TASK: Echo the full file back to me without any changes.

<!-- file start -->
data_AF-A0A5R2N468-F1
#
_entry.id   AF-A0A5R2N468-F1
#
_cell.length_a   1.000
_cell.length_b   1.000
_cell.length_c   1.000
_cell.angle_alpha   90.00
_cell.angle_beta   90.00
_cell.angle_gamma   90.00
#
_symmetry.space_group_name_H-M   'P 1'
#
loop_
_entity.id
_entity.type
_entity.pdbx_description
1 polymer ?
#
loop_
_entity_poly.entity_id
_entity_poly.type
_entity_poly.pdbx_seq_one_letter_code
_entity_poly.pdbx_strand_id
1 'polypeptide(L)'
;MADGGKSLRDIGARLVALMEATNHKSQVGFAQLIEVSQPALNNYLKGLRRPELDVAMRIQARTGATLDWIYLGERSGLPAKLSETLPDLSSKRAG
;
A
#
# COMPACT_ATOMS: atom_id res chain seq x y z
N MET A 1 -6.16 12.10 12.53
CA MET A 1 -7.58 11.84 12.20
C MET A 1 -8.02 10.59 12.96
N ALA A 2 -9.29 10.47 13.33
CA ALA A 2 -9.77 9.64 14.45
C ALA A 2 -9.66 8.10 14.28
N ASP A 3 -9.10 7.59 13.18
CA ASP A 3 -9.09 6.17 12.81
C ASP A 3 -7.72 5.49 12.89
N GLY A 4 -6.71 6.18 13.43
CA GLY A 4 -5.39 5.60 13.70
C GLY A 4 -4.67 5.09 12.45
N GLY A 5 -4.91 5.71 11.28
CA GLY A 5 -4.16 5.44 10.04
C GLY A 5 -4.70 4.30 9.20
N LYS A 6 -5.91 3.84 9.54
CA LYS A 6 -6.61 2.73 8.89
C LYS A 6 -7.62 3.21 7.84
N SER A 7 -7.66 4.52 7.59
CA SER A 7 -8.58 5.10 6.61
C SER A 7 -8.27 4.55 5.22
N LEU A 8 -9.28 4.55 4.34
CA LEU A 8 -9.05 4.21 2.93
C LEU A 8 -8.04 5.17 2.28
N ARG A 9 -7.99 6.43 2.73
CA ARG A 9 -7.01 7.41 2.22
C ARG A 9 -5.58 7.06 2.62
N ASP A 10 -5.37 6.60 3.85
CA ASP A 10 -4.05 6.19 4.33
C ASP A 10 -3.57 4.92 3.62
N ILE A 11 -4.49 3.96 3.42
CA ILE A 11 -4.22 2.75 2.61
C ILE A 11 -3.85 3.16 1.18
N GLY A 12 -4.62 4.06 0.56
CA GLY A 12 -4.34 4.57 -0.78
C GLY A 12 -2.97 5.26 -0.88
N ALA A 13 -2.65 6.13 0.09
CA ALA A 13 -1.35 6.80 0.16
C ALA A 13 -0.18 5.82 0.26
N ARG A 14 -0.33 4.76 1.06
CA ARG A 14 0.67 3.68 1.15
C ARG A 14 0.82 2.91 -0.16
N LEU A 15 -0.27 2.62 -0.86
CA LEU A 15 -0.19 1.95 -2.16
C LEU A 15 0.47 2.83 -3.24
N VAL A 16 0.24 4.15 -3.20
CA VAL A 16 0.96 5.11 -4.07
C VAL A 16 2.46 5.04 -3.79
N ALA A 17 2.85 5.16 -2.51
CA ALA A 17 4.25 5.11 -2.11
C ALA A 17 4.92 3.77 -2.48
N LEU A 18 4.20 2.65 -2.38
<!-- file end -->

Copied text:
data_AF-A0A5R2N468-F1
#
_entry.id   AF-A0A5R2N468-F1
#
_cell.length_a   1.000
_cell.length_b   1.000
_cell.length_c   1.000
_cell.angle_alpha   90.00
_cell.angle_beta   90.00
_cell.angle_gamma   90.00
#
_symmetry.space_group_name_H-M   'P 1'
#
loop_
_entity.id
_entity.type
_entity.pdbx_description
1 polymer ?
#
loop_
_entity_poly.entity_id
_entity_poly.type
_entity_poly.pdbx_seq_one_letter_code
_entity_poly.pdbx_strand_id
1 'polypeptide(L)'
;MADGGKSLRDIGARLVALMEATNHKSQVGFAQLIEVSQPALNNYLKGLRRPELDVAMRIQARTGATLDWIYLGERSGLPAKLSETLPDLSSKRAG
;
A
#
# COMPACT_ATOMS: atom_id res chain seq x y z
N MET A 1 -6.16 12.10 12.53
CA MET A 1 -7.58 11.84 12.20
C MET A 1 -8.02 10.59 12.96
N ALA A 2 -9.29 10.47 13.33
CA ALA A 2 -9.77 9.64 14.45
C ALA A 2 -9.66 8.10 14.28
N ASP A 3 -9.10 7.59 13.18
CA ASP A 3 -9.09 6.17 12.81
C ASP A 3 -7.72 5.49 12.89
N GLY A 4 -6.71 6.18 13.43
CA GLY A 4 -5.39 5.60 13.70
C GLY A 4 -4.67 5.09 12.45
N GLY A 5 -4.91 5.71 11.28
CA GLY A 5 -4.16 5.44 10.04
C GLY A 5 -4.70 4.30 9.20
N LYS A 6 -5.91 3.84 9.54
CA LYS A 6 -6.61 2.73 8.89
C LYS A 6 -7.62 3.21 7.84
N SER A 7 -7.66 4.52 7.59
CA SER A 7 -8.58 5.10 6.61
C SER A 7 -8.27 4.55 5.22
N LEU A 8 -9.28 4.55 4.34
CA LEU A 8 -9.05 4.21 2.93
C LEU A 8 -8.04 5.17 2.28
N ARG A 9 -7.99 6.43 2.73
CA ARG A 9 -7.01 7.41 2.22
C ARG A 9 -5.58 7.06 2.62
N ASP A 10 -5.37 6.60 3.85
CA ASP A 10 -4.05 6.19 4.33
C ASP A 10 -3.57 4.92 3.62
N ILE A 11 -4.49 3.96 3.42
CA ILE A 11 -4.22 2.75 2.61
C ILE A 11 -3.85 3.16 1.18
N GLY A 12 -4.62 4.06 0.56
CA GLY A 12 -4.34 4.57 -0.78
C GLY A 12 -2.97 5.26 -0.88
N ALA A 13 -2.65 6.13 0.09
CA ALA A 13 -1.35 6.80 0.16
C ALA A 13 -0.18 5.82 0.26
N ARG A 14 -0.33 4.76 1.06
CA ARG A 14 0.67 3.68 1.15
C ARG A 14 0.82 2.91 -0.16
N LEU A 15 -0.27 2.62 -0.86
CA LEU A 15 -0.19 1.95 -2.16
C LEU A 15 0.47 2.83 -3.24
N VAL A 16 0.24 4.15 -3.20
CA VAL A 16 0.96 5.11 -4.07
C VAL A 16 2.46 5.04 -3.79
N ALA A 17 2.85 5.16 -2.51
CA ALA A 17 4.25 5.11 -2.11
C ALA A 17 4.92 3.77 -2.48
N LEU A 18 4.20 2.65 -2.38